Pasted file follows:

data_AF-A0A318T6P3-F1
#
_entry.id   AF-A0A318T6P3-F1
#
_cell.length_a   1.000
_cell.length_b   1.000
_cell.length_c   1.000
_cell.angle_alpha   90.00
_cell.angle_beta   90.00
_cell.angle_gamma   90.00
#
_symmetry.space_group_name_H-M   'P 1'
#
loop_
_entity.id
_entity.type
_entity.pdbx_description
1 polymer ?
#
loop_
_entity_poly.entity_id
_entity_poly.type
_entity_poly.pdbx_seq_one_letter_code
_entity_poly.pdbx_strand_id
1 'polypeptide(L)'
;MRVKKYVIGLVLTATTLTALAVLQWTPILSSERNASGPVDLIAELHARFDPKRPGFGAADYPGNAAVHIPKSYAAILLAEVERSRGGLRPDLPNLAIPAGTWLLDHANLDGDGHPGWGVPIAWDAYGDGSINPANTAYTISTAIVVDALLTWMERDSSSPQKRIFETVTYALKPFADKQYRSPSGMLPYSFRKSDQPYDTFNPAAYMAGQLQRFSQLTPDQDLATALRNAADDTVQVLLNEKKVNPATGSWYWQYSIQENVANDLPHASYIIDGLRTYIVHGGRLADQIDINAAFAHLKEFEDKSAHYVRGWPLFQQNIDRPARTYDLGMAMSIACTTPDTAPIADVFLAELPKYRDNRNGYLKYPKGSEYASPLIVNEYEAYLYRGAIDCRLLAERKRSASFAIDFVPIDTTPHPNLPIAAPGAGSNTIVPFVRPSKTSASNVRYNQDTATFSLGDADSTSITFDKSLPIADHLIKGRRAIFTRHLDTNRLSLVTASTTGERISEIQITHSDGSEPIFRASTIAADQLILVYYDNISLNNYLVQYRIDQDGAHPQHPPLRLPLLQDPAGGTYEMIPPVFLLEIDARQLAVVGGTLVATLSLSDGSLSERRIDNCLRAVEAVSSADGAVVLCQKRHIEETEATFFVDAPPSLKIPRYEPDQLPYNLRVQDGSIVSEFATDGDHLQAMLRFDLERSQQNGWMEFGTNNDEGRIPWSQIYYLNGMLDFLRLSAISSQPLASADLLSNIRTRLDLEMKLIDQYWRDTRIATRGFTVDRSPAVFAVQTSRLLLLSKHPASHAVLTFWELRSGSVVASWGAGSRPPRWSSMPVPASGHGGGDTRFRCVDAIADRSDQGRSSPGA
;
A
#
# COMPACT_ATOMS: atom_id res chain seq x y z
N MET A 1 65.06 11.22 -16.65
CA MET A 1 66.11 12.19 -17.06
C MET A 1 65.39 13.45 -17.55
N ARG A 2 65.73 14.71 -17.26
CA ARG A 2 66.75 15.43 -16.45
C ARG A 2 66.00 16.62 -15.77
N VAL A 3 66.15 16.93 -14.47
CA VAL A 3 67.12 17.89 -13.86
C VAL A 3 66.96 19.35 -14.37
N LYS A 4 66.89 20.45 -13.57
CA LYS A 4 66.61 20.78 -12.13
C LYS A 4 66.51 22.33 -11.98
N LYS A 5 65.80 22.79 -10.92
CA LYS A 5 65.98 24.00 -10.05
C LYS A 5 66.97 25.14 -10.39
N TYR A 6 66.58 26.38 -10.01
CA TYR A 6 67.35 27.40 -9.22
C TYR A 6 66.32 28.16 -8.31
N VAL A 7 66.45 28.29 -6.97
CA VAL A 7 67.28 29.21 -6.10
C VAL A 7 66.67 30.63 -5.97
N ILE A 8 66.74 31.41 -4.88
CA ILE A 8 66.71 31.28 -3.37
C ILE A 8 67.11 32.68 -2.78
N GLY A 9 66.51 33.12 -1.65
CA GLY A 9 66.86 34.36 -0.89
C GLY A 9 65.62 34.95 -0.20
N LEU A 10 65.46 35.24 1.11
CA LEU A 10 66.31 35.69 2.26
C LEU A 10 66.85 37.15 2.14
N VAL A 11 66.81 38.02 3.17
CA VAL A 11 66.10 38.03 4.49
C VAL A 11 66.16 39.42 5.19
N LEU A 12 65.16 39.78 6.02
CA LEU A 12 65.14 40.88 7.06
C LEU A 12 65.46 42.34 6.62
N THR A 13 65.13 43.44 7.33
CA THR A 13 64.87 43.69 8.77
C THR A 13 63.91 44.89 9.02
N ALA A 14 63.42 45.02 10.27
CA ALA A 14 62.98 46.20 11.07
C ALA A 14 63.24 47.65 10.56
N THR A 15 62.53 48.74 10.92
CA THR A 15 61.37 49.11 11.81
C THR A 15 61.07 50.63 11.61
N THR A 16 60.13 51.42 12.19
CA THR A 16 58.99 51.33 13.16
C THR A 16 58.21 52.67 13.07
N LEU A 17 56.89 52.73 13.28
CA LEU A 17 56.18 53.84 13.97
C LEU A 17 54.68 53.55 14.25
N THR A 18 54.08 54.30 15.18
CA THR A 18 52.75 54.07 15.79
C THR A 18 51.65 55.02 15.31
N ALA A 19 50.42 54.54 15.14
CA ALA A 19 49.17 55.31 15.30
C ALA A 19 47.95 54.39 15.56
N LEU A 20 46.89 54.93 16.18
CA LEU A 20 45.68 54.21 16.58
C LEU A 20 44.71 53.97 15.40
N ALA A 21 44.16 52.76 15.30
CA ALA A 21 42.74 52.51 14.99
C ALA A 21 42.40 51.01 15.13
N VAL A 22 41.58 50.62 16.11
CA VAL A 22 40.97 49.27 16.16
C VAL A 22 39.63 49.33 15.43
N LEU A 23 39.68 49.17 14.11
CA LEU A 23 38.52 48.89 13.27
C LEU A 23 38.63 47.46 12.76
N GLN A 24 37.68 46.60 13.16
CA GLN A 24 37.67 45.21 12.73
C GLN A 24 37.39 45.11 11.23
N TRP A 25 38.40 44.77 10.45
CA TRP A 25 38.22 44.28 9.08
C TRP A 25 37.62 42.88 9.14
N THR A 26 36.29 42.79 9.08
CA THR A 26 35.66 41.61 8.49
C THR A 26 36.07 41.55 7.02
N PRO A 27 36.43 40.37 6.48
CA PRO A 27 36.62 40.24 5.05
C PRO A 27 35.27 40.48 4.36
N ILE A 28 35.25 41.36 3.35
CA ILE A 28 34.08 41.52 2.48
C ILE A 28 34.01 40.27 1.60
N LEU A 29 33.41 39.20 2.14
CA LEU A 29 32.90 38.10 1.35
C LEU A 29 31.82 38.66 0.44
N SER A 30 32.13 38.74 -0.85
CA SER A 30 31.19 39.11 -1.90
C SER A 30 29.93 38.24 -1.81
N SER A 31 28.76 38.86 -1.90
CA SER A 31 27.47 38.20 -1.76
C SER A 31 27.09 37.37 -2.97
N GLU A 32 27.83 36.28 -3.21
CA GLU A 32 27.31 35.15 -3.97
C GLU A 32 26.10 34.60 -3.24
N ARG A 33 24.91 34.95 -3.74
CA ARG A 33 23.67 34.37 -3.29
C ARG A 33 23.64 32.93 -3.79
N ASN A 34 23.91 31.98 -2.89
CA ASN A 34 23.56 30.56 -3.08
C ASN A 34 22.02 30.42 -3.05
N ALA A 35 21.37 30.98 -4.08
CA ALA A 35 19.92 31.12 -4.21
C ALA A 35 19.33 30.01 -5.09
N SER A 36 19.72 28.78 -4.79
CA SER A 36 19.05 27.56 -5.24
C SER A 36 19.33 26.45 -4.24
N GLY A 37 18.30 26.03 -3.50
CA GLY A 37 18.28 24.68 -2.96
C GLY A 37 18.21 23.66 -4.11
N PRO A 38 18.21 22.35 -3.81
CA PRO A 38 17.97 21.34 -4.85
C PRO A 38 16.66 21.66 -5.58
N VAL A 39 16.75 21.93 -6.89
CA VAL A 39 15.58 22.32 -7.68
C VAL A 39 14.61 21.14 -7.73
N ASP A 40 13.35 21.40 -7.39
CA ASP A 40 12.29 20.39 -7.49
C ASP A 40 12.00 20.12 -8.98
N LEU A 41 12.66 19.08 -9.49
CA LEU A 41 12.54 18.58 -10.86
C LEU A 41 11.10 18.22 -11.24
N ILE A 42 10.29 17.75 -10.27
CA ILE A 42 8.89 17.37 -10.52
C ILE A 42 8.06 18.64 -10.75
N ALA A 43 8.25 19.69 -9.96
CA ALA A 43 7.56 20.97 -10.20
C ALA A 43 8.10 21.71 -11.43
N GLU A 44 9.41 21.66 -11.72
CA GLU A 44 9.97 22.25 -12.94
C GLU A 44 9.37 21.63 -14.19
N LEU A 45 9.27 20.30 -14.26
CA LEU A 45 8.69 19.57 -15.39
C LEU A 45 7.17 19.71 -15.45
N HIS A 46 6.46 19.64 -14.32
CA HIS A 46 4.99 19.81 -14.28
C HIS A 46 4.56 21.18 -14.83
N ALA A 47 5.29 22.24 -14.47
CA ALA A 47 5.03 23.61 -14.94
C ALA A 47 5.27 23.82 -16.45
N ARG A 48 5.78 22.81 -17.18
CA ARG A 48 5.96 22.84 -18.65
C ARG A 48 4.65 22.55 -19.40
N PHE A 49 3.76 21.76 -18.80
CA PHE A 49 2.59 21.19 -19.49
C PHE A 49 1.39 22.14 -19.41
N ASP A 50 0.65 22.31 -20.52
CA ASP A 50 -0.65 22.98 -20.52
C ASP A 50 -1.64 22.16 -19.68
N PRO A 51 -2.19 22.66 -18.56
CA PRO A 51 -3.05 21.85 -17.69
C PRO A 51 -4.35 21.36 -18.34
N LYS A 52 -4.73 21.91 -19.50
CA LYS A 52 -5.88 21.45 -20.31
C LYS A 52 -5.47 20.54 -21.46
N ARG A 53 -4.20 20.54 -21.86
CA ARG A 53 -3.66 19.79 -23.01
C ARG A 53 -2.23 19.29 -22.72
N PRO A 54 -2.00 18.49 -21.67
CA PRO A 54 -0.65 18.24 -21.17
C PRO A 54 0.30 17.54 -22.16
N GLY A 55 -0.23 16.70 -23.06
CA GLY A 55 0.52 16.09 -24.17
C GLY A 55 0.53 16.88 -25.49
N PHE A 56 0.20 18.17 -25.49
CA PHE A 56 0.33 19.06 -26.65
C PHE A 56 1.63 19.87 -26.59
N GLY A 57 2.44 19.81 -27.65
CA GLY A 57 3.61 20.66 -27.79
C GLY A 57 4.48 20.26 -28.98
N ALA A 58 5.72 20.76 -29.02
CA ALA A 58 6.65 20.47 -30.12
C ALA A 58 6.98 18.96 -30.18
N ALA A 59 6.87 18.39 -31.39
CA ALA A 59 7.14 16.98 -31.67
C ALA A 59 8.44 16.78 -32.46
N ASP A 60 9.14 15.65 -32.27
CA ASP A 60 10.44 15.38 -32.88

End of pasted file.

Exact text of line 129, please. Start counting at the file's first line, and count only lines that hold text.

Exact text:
C ARG A 33 23.64 32.93 -3.79